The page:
• Occasional video stutter
  • Live TV can be paused/resumed, but not rewound / fast-forwarded

It’s still a work in progress, but it’s getting there! In theory one TV backend can serve all the XBMC frontend clients on the network, so getting that up in running is one of my next steps along with ironing out some of the configuration problems.


New Construction Townhome

Wiring the House for Ethernet

The biggest part of setting up our home network was wiring the house for ethernet. There were two basic phases: running the wire through the walls, and then terminating/testing each wire to make sure it was set up correctly. We hired a family friend who is an electrician to run the wires, and then terminated/tested them ourselves. We installed a total of 34 lines across 4 different floors, all coming into the closet under the staircase.

Cat6 Basement

Running the wires proved to be a bigger challenge than expected due to the fact that all of our walls were filled with insulation. A number of access holes had to be cut in the drywall in order to access everything. Four separate boxes of Cat 6 ethernet cable were used, so that multiple lines could be run to the same location at once. The free end from each spool was taped into a small bundle and a long metal wire with a hook was run from the target location (say, the bedroom), through the walls, and into the basement where it was attached to the end of the cat 6 bundle. Then the wire was pulled back up through the walls, bringing the cat 6 cable along with it.

Cat6 wall
Wires coming into our home office. The orange ring gives the faceplate something to screw into.

Each location in our house got either 2 or 4 wires, depending on how many devices we planned to put in that area. For every location in the house we needed either two or four RJ45 keystone jacks (one for each wire) and a faceplate with an appropriate number of holes. Keystone jacks are available in two basic formats: the standard kind which require a punch-down tool to terminate the wires and a “tool free” type which includes little caps which punch the wires down automatically. I personally prefer the standard jacks.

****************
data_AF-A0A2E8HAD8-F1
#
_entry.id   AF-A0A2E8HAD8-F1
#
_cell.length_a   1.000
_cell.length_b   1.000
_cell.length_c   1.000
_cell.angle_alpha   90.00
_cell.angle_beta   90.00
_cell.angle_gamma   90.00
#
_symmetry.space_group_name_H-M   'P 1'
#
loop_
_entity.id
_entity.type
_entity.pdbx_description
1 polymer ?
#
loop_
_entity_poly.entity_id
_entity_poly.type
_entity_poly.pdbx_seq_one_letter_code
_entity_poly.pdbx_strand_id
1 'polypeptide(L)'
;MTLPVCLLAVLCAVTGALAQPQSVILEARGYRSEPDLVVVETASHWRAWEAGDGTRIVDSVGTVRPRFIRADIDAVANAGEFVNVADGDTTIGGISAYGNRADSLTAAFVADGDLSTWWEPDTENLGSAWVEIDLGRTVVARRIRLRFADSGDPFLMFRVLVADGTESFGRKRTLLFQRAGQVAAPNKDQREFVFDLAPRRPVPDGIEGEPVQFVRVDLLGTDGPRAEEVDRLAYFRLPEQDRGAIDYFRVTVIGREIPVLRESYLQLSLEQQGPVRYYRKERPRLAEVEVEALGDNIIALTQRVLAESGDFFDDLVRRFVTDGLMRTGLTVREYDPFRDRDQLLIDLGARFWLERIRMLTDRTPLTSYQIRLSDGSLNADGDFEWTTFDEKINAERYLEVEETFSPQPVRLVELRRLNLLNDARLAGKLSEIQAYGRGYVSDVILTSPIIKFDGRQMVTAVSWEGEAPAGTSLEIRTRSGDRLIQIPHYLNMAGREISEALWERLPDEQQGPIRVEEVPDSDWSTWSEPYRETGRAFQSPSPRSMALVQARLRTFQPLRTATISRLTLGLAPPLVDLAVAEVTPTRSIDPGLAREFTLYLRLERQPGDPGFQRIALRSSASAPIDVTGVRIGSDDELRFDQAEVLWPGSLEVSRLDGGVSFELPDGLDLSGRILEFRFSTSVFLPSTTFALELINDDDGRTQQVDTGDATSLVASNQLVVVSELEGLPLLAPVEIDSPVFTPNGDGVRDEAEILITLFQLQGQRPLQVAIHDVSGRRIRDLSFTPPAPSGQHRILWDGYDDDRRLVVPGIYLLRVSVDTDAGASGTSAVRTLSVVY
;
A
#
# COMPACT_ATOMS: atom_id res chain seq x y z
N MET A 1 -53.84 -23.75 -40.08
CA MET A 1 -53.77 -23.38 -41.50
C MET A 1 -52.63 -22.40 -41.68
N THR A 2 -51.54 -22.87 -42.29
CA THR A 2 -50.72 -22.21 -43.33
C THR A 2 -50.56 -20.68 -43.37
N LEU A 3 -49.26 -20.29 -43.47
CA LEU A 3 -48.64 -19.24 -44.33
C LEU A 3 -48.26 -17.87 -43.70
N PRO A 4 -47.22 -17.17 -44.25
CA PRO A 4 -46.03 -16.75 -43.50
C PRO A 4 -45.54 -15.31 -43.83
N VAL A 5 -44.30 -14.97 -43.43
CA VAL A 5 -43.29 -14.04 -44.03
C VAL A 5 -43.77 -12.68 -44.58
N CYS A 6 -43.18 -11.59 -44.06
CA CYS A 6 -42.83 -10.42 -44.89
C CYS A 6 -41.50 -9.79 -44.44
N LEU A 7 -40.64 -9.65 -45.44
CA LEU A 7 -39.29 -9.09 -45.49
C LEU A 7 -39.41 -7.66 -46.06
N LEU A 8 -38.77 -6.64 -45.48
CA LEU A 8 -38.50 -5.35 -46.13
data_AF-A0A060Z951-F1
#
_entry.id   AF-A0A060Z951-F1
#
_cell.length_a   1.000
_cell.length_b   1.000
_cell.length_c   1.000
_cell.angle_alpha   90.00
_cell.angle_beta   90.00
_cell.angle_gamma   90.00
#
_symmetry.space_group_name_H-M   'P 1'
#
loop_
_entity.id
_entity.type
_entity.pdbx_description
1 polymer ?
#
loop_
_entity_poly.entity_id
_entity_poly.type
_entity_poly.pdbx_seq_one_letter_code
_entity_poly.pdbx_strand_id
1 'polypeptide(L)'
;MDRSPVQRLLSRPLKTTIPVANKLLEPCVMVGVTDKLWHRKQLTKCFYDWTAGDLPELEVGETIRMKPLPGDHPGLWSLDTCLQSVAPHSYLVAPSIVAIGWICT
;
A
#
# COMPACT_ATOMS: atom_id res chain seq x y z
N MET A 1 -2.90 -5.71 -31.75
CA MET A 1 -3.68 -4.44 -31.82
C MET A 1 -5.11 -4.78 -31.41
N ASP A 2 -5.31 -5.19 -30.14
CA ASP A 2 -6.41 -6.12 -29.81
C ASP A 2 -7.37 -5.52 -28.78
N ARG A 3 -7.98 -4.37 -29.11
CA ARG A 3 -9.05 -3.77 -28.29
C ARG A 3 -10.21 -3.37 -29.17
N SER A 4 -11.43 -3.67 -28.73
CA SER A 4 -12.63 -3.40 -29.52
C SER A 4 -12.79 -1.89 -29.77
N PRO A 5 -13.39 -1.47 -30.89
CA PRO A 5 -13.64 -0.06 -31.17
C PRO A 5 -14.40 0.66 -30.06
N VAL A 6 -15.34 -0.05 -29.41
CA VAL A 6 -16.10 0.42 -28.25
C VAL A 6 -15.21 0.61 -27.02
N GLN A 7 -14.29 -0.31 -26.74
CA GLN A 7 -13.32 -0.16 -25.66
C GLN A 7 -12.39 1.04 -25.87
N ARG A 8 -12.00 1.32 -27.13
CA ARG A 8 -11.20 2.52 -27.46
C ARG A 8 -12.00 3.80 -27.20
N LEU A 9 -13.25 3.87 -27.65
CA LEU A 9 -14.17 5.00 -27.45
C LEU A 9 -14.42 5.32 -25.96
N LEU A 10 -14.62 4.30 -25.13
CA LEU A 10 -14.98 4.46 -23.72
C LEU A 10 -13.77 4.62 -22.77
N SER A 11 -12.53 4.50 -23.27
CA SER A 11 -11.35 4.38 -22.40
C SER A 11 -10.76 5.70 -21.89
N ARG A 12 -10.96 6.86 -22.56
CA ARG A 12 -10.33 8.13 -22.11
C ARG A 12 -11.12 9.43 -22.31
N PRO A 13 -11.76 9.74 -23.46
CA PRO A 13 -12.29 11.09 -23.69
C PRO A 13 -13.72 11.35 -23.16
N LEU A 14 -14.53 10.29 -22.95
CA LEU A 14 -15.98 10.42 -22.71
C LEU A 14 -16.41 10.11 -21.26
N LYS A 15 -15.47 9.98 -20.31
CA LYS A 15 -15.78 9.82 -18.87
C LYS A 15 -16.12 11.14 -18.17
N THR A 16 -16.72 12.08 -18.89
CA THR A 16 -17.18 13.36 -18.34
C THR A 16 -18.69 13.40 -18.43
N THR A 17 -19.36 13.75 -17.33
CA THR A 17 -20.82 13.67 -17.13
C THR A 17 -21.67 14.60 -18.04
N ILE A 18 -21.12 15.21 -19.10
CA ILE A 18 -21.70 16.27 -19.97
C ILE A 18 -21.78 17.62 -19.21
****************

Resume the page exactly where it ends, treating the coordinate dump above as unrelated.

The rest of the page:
Cat6 Keystone
The near side of this jack (white) has been punched down, the far side is still waiting to be done. Each strand of the blue cat 6 cable goes into its own slot on the jack. Color codes on the side tell you where to put each wire. Monoprice included a handy little holder (black) to place the jack in while punching it down.
The two keystone jacks have been pushed into the faceplate, which is waiting to be screwed into the wall.

The opposite ends of the cables, which are bundled in the basement closet, get a slightly different treatment. Instead of going into individual jacks, they’re terminated in a patch panel. We used two 24 port patch panels, placing 16 connections on one and 18 on the other. We’ll be mounting these in our server rack, but if you’re going for a minimalist build there are inexpensive wall-mount brackets.

Cat6 PanelEmpty
Two patch panels, one face up and one face down. The black thing on the right is a rack-mount power strip.

Each wire was marked with a small letter or number at both ends. To keep everything in order and save my sanity, I used masking tape to temporarily keep the wires in alphabetical/numerical order.

Cat6 Sorted

Cat6 PanelBeck
18 cables have been punched down into the back of the patch panel.

Each jack in the patch panel is then patched into one of our network switches (which are each in turn plugged into the router) with a 6″ cable. Why not just go directly from the wall to the network switch? The patch panel gives you flexibility to change the network around later by moving the 6″ patch cables rather than tangling up the spaghetti coming out of the walls. Additionally, punching the wires down into the back of the patch panel is considerably faster than crimping a male RJ-45 connector onto the end of each drop.

Patch Cables

I briefly considered crimping my own patch cables from the leftover cat 6 cable, but then I remembered that crimping cable ends sucks and a 6″ patch cable costs all of $0.55. The photo above shows half our network cables, the other half are mounted on the back of the rack. I still need to install stress relief for the blue the cables and mount the router + modem nicely somewhere.

The server and switches are all connected to the LAN ports on the router. Our cable modem connection goes into the WAN port. Now the server and anything else on the LAN can see the outside world.

Overall it was a pretty massive project: it took three people a week to get all the wires in place and then another day and a half for my dad and I to button it all up. The next step is to configure the router for the advanced management options we want, as well as configure the wireless access points to provide “seamless” coverage throughout the house. The media server also needs considerable set up, right now it’s just a fresh Linux box with a giant hard drive. I’ll cover the software side of things in part 3 of Our Over-engineered Home Network.

This is part 2 of 3 posts about our home network.
Part 1: Our Overkill Home Network
Part 3: Coming soon